Motor Assembly
Motors are expensive, especially the kind needed to drive a moderate sized van de Graaff generator.  Although I try to use common off-the-shelf commercially available parts, I made an exception in this case.  I decided to use a motor from a discarded chain saw. I imagine others who read this will probably scavenge useable motors from their junk pile as well, so this is just an example of how I modified a motor to drive a van de Graaff.

The chain saw motor is AC/DC, series wound, has adequate starting and running torque, and if needed, a continuously controllable speed. Other motors usually in this category are vacuum cleaner motors, and kitchen blender and mixer motors. These are all probably at least a half-horsepower. A commercial juicer motor is shown below. Note the left-hand threads on the shaft.

http://www.diytrade.com/china/pd/2828275/universal_motor_7030_for_blender_juicer_and_grinder.html


The chain saw motor had a drive sproket attached to the shaft. I carefully heated the sprocket up with a blow torch (burned grease is visible on the gear). Then I gave a gear tooth a good whack (in the direction of normal rotation) with a
piece of flat stock and a hammer.
The gear easily came right off. Note the left-hand thread on the motor shaft. This is a very common scheme for attaching gears and sprockets to shafts for consumer appliances. As torque is applied to the load, the union becomes tighter.  There is no worry about set screws coming loose.


The next problem was determining how to get this little stub to drive something.  I searched for a suitable coupling but could not find one. So I decided to make my own. I ordered some 1018 3/4" steel  bar stock and a left-handed  7/16"-14 tap from Enco.  I  cut off a short piece of the bar stock and then drilled and tapped it in a lathe.  It fit and extended the motor shaft stub perfectly.  It is shown as 3/4" in diameter but the other end can be turned down to a diameter that will fit a pulley.Plan view of the motor. Motor is geared down about 5:1 . A different set of drive pulleys can be used if necessary for speed adjustment.


Elevation view of the motor. Motor mounted securely on a plate that attaches to the angle iron frame of the van de Graaff.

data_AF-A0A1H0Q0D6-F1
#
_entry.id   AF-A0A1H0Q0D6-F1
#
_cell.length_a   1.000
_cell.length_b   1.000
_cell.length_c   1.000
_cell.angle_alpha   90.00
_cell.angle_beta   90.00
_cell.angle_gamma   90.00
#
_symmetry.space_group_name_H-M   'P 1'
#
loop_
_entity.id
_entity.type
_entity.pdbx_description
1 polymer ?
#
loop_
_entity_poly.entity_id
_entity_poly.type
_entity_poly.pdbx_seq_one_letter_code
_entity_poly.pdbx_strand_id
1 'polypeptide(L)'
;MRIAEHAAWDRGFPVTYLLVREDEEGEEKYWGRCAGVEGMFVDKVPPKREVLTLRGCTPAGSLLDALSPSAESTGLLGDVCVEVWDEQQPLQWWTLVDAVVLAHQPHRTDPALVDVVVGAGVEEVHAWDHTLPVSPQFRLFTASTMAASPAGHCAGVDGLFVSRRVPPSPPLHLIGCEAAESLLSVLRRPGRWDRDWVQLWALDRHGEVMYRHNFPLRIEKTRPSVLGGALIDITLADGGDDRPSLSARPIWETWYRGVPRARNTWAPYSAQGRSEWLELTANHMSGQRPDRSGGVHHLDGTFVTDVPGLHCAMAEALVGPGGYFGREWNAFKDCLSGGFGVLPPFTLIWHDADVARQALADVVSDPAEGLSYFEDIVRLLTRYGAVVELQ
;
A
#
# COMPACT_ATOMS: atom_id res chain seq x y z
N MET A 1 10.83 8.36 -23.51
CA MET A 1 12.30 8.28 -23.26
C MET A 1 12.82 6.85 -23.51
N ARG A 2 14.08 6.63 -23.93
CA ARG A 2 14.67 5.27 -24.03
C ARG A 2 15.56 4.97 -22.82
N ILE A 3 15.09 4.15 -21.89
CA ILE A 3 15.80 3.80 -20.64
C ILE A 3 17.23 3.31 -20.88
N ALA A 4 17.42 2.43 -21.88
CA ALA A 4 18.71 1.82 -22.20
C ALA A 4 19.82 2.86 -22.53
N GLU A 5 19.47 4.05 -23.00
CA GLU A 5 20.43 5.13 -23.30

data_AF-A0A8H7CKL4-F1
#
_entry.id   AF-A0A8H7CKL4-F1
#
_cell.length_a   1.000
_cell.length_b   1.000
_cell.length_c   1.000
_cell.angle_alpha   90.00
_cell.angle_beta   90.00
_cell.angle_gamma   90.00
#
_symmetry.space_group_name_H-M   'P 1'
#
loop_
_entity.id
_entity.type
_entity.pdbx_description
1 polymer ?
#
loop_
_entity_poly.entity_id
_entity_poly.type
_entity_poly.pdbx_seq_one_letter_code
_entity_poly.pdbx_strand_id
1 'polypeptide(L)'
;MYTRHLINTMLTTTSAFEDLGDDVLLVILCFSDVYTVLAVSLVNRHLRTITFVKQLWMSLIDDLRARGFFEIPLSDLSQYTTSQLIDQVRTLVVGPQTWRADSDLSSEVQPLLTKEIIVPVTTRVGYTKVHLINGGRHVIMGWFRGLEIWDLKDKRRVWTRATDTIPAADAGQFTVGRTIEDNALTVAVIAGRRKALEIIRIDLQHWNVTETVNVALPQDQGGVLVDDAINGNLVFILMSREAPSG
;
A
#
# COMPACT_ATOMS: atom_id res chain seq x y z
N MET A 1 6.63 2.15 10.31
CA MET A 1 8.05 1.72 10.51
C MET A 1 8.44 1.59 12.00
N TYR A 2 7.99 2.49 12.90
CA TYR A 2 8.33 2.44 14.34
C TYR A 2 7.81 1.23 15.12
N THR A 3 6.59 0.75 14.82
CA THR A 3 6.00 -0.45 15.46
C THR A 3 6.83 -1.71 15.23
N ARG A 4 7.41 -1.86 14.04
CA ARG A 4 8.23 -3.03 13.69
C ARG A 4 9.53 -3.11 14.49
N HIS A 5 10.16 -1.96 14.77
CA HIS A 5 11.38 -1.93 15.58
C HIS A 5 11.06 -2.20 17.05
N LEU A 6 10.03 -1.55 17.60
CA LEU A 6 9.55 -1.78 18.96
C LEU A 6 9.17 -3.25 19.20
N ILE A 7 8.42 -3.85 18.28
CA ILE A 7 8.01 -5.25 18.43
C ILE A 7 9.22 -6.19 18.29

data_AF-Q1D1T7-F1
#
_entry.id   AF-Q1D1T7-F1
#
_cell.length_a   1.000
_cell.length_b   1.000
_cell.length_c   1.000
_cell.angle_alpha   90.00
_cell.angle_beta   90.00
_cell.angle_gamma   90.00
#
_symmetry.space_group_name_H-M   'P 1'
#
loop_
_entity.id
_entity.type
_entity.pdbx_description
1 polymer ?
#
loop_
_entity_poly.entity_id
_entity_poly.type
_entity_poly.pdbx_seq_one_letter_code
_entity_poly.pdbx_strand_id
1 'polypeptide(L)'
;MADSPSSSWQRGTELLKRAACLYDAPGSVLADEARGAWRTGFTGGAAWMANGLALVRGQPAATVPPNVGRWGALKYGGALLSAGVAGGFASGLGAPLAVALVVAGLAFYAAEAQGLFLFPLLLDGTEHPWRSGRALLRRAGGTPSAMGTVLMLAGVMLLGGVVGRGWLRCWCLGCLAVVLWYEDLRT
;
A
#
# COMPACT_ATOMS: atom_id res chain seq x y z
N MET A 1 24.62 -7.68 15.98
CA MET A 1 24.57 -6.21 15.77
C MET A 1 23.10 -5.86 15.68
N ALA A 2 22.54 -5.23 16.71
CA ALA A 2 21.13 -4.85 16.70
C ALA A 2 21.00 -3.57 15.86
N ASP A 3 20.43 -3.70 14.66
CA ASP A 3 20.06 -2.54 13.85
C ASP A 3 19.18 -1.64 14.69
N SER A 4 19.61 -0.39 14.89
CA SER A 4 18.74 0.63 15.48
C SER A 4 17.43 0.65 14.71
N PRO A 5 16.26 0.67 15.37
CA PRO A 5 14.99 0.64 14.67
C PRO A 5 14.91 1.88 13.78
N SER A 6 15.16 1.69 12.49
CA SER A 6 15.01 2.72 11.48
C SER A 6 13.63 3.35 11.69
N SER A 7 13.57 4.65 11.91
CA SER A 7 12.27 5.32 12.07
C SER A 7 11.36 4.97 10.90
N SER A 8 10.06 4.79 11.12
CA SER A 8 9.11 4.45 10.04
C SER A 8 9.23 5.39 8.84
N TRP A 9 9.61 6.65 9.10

Motor and the inside view of the custom-built shroud. The inside of the shroud has been coated with silicone I adhesive, a layer of heavy paper, and a final coat of silicone. The motor still has the chain saw wiring. The shroud covers and protects the motor.


This is how the motor drives the lower belt rollers.  The steel pulleys are from MISUMI USA Inc.  ( http://www.misumiusa.com ) as is the polyurethane round belt (MBT10-690) The drive pulley uses a larger shaft bore than the driven pulley.  The drive pulley is mounted so that the collar is on the outside because of  extra shaft length. The threaded rod at the right is for adjusting belt tension. The rollers are geared so that the outsides of the belts are moving upwards and the insides are both going down through the center. The gears are normally covered by the shield shown above.

The stainless steel gears are expensive and noisy; an alternative scheme could use two pulleys and a figure eight belt.

I used factory belts (from Misumi) for reliability. However, it is possible to make your own for testing or quick repair purposes.  The example in the photo shows half a joint of  a 3/8" OD x 1/4" ID piece of tubing to be used as a pulley belt. The ends will be spliced together with a short section of  1/4" OD x 0.170" IDvinyl tubing and a generous coating of vinyl glue.  The piece shown was only used for testing of the splice;  it held up well under tension.
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